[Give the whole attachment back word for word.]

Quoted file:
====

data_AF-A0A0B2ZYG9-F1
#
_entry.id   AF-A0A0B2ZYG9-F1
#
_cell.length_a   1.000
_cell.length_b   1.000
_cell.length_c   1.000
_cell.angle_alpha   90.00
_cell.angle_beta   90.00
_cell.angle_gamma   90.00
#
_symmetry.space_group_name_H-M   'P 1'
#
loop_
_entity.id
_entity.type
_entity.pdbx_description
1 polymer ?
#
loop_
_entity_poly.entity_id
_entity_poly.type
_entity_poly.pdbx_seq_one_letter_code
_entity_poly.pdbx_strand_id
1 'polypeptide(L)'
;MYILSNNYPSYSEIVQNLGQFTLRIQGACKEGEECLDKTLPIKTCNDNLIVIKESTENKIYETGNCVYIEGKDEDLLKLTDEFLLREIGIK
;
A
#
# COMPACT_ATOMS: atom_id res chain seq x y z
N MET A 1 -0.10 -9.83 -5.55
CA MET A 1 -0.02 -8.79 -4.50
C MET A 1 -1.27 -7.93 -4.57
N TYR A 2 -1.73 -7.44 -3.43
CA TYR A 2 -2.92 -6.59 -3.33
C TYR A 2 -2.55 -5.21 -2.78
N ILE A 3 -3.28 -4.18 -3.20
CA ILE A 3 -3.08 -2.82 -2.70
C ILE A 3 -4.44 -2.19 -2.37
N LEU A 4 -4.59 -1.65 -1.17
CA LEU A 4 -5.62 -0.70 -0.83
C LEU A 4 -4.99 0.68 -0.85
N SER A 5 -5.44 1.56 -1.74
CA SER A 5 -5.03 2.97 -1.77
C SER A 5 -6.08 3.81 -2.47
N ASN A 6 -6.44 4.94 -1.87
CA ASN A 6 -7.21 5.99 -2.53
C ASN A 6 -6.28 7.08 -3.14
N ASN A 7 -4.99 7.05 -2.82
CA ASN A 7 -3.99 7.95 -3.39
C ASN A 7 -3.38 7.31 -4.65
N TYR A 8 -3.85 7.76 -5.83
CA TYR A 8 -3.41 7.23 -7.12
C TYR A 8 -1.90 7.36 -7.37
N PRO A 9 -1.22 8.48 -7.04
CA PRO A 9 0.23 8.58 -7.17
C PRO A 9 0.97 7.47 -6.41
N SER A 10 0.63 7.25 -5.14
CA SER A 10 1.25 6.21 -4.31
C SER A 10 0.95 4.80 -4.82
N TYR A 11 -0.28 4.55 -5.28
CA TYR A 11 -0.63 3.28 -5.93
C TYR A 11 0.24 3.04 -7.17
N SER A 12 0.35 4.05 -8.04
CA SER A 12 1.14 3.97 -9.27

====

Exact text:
data_AF-A0A0B2ZYG9-F1
#
_entry.id   AF-A0A0B2ZYG9-F1
#
_cell.length_a   1.000
_cell.length_b   1.000
_cell.length_c   1.000
_cell.angle_alpha   90.00
_cell.angle_beta   90.00
_cell.angle_gamma   90.00
#
_symmetry.space_group_name_H-M   'P 1'
#
loop_
_entity.id
_entity.type
_entity.pdbx_description
1 polymer ?
#
loop_
_entity_poly.entity_id
_entity_poly.type
_entity_poly.pdbx_seq_one_letter_code
_entity_poly.pdbx_strand_id
1 'polypeptide(L)'
;MYILSNNYPSYSEIVQNLGQFTLRIQGACKEGEECLDKTLPIKTCNDNLIVIKESTENKIYETGNCVYIEGKDEDLLKLTDEFLLREIGIK
;
A
#
# COMPACT_ATOMS: atom_id res chain seq x y z
N MET A 1 -0.10 -9.83 -5.55
CA MET A 1 -0.02 -8.79 -4.50
C MET A 1 -1.27 -7.93 -4.57
N TYR A 2 -1.73 -7.44 -3.43
CA TYR A 2 -2.92 -6.59 -3.33
C TYR A 2 -2.55 -5.21 -2.78
N ILE A 3 -3.28 -4.18 -3.20
CA ILE A 3 -3.08 -2.82 -2.70
C ILE A 3 -4.44 -2.19 -2.37
N LEU A 4 -4.59 -1.65 -1.17
CA LEU A 4 -5.62 -0.70 -0.83
C LEU A 4 -4.99 0.68 -0.85
N SER A 5 -5.44 1.56 -1.74
CA SER A 5 -5.03 2.97 -1.77
C SER A 5 -6.08 3.81 -2.47
N ASN A 6 -6.44 4.94 -1.87
CA ASN A 6 -7.21 5.99 -2.53
C ASN A 6 -6.28 7.08 -3.14
N ASN A 7 -4.99 7.05 -2.82
CA ASN A 7 -3.99 7.95 -3.39
C ASN A 7 -3.38 7.31 -4.65
N TYR A 8 -3.85 7.76 -5.83
CA TYR A 8 -3.41 7.23 -7.12
C TYR A 8 -1.90 7.36 -7.37
N PRO A 9 -1.22 8.48 -7.04
CA PRO A 9 0.23 8.58 -7.17
C PRO A 9 0.97 7.47 -6.41
N SER A 10 0.63 7.25 -5.14
CA SER A 10 1.25 6.21 -4.31
C SER A 10 0.95 4.80 -4.82
N TYR A 11 -0.28 4.55 -5.28
CA TYR A 11 -0.63 3.28 -5.93
C TYR A 11 0.24 3.04 -7.17
N SER A 12 0.35 4.05 -8.04
CA SER A 12 1.14 3.97 -9.27